Grandparents raising grandchildren
Does anyone know a grandparent that doesn’t have a ready photograph (or several) of their grandchildren to share? There is so much joy in the faces of grandparents when they talk about visiting their grandkids or meeting their newborn grandchild for the first time. We often hear them say that it’s a different relationship because they get to spoil their grandkids and then go home. They get to spend extra money on them that they may not have had to spend on their children. But not all grandparents get to spoil their grandkids and then go home. They instead turn into full time caregivers—parents a second time around, guardians of their grandkids due to unforeseen circumstances.
What happens when grandparents raise their grandchildren?
Most of the circumstances when grandparents (or other relatives or friends) become full-time caregivers of children are hard for both the kids and the older adult. Maybe the parents have passed away, have struggles with drugs or alcohol, or live in prison. Now the grandparents find themselves raising another generation of children. Times have changed so much since they raised their children that some grandparents feel a gap in understanding, social expectations, technology and many other aspects of life. Perhaps the grandparent has a limited, fixed income and now has additional expenses of raising children.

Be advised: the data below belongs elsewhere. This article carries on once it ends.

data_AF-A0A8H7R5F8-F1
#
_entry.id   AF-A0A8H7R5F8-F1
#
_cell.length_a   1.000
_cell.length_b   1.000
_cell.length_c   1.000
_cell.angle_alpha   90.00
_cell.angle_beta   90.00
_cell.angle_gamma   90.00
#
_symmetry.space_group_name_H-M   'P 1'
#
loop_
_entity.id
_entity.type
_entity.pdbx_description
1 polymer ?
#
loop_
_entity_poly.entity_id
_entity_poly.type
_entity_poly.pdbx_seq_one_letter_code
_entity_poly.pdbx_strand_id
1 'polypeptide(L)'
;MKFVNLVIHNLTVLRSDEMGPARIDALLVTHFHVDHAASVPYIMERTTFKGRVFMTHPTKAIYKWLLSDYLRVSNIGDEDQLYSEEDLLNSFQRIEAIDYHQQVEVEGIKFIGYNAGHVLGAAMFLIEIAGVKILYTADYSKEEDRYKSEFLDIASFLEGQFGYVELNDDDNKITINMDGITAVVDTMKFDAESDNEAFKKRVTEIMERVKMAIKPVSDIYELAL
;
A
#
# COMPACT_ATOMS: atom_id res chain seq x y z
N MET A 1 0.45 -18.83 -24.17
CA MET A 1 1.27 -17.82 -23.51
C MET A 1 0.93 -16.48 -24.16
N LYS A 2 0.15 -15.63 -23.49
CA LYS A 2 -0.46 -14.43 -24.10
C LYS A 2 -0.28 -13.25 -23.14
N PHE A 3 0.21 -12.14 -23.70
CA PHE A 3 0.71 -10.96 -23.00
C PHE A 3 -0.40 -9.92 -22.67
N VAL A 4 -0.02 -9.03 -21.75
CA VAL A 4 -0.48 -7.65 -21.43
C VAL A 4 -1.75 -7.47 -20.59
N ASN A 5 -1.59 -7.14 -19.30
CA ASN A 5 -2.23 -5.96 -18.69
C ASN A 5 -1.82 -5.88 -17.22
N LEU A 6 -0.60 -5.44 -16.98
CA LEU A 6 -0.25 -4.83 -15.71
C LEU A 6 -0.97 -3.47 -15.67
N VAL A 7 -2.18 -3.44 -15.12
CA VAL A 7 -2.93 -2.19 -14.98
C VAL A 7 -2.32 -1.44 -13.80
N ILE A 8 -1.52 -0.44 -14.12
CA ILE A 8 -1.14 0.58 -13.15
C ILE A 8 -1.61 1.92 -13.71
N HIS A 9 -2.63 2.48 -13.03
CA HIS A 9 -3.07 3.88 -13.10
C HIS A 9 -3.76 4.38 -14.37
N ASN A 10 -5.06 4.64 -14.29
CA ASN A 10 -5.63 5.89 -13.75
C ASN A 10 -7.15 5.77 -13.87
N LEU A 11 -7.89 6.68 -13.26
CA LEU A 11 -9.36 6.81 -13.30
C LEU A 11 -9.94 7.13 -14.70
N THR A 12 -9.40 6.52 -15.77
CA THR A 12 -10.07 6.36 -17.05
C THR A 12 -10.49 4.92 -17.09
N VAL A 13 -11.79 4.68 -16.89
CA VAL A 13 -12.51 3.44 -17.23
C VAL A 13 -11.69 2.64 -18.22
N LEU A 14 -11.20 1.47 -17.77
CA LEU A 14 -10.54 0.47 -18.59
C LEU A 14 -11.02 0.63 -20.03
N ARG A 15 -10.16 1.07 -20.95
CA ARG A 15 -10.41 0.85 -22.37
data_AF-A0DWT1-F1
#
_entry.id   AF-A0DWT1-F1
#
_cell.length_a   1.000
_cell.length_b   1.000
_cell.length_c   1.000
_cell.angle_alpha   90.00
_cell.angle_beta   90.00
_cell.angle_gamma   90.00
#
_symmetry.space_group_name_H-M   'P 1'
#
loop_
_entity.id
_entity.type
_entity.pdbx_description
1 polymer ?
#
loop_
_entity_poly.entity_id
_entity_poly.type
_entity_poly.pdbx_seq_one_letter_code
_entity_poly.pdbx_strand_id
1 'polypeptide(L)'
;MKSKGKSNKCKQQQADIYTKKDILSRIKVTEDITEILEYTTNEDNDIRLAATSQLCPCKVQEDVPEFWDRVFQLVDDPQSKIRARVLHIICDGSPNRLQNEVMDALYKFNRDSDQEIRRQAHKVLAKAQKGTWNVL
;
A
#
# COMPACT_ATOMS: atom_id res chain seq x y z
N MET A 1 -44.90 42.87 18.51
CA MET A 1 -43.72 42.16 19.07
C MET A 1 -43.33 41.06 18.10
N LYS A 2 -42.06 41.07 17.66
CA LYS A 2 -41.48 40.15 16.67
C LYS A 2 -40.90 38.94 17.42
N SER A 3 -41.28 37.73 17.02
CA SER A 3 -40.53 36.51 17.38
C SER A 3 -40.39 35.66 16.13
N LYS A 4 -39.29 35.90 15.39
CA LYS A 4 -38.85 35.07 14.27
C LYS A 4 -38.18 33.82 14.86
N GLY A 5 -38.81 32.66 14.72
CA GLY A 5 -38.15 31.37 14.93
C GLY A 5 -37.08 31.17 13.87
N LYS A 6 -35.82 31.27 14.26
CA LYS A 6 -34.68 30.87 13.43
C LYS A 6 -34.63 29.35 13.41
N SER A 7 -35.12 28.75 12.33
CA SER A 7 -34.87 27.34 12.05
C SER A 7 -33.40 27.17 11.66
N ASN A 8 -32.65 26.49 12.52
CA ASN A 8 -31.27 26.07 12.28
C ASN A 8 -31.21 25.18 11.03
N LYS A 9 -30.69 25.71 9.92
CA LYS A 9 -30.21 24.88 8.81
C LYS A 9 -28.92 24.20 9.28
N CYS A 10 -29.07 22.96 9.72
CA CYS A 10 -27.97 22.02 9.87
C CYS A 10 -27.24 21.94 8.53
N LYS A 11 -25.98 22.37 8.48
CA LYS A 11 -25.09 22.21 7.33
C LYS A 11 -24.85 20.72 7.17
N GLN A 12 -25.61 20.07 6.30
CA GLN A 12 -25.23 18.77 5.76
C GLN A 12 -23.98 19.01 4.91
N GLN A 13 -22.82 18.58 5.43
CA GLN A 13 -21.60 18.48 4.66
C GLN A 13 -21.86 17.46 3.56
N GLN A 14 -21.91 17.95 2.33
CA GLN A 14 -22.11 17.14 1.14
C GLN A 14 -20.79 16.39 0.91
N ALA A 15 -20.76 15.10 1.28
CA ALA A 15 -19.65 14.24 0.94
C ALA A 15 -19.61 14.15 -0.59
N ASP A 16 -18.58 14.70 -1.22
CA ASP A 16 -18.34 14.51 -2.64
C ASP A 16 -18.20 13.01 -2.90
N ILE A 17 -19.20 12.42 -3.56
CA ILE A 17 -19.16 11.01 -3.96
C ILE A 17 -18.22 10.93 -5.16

How can grandparents get support for this role?
When grandparents and other relatives or close friends take on this huge responsibility of raising their grandkids or other minors, it is sometimes called “kinship care.” If you are providing kinship care, there are supports available, like after-school programs for the children paired with support groups for the grandparents. Some are focused on specific situations like grandparents raising grandchildren with developmental disabilities (like Project GRANDD), while others provide health and social work services to grandparents and grandchildren living in a certain area (such as Project Healthy Grandparents).
You can visit Georgia’s Kinship Care Portal to learn more about resources and supports for kinship caregivers. Contact empowerline to learn more about programs that might be a good fit for your situation.
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